The import market has exhibited greater activity of late, and this will, no doubt, increase as the harvest  approaches. The accounts of the improved rates of Australian securities, particularly those of the Victorian Railway Debentures, have been received with much satisfaction.  But the fact is not overlooked that, in quoting the latter at 100¾ to 110¼, interest due in October is included.  The wool sales accounts are also satisfactory.
The talk about new industries with us is mere talk.  We passed a Distillation Bill last session, which was to have had the effect of converting our surplus grain into spirit, and we have no surplus.  We have had introduced into the new Land Act a clause allowing of leases of 30- acre blocks of land at 4s. an acre for vine-plantings, and there are hundreds of thousands of acres of land equally good in the hands of private individuals, not deemed to be worth more than from 1s. to 2s.6d. an acre, according to locality, upon which a single vine has not been planted.  But we shall be cured of our crotchets some day, we suppose, and shall be led to give the preference to the practical, and not to the theoretical.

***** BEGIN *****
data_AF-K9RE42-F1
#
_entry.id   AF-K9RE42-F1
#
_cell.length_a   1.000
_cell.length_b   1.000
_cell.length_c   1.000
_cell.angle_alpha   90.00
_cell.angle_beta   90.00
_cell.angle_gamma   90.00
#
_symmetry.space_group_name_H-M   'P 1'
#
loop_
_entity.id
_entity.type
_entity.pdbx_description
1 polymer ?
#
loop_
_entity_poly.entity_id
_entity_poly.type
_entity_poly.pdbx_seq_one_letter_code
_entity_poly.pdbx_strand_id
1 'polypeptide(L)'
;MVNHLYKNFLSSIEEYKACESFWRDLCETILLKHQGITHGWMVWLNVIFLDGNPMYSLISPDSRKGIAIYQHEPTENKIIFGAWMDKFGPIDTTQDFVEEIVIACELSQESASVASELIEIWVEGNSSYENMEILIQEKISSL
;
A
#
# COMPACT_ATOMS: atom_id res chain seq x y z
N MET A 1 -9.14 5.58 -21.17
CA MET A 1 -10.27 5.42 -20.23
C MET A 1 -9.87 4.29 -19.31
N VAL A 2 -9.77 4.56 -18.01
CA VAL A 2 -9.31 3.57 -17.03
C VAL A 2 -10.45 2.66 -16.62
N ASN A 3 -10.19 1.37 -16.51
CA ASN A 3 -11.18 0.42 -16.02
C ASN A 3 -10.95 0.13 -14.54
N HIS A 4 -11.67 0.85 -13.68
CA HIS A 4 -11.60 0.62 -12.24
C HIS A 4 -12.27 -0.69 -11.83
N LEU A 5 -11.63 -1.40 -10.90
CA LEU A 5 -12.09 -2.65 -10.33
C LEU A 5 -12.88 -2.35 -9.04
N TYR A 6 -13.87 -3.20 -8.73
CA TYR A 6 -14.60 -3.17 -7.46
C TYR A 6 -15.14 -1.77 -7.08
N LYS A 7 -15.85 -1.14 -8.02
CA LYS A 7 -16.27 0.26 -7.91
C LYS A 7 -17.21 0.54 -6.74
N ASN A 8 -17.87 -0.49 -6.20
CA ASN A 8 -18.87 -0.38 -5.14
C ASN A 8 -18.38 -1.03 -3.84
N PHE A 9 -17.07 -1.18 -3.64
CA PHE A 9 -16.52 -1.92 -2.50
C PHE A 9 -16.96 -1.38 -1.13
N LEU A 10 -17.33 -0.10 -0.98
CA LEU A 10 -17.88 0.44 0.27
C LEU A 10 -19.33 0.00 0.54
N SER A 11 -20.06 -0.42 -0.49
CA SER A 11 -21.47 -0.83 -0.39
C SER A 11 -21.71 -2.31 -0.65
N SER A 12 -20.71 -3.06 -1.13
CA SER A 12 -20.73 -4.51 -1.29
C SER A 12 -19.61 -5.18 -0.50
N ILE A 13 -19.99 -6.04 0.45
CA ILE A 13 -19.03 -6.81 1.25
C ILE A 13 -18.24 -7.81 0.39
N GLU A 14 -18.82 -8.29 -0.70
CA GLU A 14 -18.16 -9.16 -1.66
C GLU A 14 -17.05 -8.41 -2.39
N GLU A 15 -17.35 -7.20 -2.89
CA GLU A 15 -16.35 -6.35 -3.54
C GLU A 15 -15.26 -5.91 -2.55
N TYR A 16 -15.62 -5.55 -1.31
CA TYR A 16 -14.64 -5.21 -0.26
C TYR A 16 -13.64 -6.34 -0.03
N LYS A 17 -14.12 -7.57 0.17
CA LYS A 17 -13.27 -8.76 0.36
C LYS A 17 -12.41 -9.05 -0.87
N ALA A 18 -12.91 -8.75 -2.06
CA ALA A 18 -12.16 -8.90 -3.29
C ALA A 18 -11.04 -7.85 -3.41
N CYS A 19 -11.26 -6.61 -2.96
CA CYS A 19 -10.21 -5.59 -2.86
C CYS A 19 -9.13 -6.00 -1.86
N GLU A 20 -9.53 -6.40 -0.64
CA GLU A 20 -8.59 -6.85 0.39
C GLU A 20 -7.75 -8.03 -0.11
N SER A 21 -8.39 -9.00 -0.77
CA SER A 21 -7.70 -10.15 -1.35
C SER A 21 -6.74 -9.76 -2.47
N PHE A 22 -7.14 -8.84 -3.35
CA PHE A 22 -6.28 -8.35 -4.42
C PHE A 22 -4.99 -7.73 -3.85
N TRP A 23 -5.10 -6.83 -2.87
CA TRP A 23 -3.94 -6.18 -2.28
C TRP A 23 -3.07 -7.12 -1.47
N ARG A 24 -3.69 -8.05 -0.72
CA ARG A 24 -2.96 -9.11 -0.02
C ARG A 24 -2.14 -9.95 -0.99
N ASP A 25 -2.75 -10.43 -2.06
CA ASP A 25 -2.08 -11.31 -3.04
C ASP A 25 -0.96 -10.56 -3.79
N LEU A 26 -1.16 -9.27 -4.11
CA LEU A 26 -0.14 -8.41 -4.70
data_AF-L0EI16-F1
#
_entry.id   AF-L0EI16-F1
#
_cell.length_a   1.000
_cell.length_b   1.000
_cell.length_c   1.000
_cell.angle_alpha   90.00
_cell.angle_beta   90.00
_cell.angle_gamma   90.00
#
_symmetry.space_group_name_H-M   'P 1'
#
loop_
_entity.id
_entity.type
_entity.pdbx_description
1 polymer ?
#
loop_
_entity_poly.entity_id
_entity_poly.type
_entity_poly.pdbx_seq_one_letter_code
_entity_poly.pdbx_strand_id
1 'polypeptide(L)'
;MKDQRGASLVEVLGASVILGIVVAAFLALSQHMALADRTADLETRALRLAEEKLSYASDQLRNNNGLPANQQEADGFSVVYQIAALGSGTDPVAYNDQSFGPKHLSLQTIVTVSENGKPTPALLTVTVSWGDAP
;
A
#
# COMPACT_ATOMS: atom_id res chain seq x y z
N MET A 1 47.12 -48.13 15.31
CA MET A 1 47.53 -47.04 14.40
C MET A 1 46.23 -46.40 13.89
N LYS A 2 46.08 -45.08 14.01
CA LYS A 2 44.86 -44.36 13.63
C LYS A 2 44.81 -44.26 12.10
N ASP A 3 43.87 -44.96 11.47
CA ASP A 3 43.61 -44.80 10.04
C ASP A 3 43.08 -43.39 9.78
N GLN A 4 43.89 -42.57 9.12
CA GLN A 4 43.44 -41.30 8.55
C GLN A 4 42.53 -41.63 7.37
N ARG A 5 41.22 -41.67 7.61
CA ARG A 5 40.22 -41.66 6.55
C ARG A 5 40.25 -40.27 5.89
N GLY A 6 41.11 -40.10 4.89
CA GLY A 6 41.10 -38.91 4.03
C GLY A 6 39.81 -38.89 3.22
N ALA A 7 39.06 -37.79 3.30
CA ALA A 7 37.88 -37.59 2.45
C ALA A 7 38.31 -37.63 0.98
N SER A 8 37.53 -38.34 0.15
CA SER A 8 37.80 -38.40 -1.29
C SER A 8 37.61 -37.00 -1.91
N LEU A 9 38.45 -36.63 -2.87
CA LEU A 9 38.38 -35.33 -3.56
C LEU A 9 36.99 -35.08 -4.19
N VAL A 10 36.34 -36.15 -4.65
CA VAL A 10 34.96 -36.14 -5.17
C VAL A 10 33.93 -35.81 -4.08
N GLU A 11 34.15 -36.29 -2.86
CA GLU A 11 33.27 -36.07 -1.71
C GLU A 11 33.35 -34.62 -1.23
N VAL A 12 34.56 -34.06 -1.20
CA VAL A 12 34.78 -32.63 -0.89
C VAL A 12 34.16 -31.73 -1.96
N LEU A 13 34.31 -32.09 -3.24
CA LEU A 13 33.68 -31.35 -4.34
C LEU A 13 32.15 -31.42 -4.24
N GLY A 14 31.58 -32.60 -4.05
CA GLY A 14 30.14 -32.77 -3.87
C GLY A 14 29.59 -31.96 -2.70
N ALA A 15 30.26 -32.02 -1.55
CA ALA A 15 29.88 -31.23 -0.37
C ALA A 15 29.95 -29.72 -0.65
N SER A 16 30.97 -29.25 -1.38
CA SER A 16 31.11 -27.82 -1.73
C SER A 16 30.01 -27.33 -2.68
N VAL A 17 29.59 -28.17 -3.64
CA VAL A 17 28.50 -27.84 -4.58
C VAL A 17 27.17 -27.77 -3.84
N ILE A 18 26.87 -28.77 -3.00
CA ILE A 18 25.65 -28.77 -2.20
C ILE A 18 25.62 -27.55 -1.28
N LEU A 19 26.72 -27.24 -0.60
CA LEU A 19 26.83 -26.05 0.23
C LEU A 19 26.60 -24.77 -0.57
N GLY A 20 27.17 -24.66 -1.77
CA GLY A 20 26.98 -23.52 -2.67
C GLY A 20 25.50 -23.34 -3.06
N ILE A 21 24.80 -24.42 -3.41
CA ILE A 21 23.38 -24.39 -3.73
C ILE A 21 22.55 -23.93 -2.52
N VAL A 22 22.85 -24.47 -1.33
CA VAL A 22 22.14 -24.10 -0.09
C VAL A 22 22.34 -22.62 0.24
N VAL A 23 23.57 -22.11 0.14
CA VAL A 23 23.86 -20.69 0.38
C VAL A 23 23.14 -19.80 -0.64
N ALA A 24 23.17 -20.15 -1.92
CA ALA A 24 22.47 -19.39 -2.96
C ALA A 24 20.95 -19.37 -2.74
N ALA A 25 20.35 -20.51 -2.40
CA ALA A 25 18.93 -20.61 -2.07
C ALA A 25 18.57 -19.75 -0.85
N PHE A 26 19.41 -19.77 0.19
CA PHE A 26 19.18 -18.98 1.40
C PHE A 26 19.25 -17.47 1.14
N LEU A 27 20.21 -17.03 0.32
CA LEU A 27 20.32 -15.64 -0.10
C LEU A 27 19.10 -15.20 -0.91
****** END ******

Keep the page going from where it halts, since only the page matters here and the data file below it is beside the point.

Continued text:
The clip of wool this season is very good, and we have had a fine shearing time.  A large portion of the clip is now to hand[?], some of it having been brought down by the railway.  In regard to the wheat and hay harvest, the
prospects are encouraging.  We shall have average crops if the weather continues as at present, and may look forward to a good harvest time. The vines are looking very well, no appearance of blight or of any other disease having yet presented themselves.
The Provident Institute has gone into the Insolvent Court, and the chances of a large dividend are thereby reduced.  The 15s. in the pound at one time promised, is not now likely to exceed 5s., if it even reaches that, and there will be much delay in the declaration of dividends unless the Legislature interferes in its winding up. This, it  will be remembered, was a sort of "People's Bank," into which deposits were paid to be laid out at a high rate of interest, [?] landed or other securities, which have either declined in value, or have become absolutely worthless.  Hence the disaster; and it has, of course, fallen on those least able to bear it.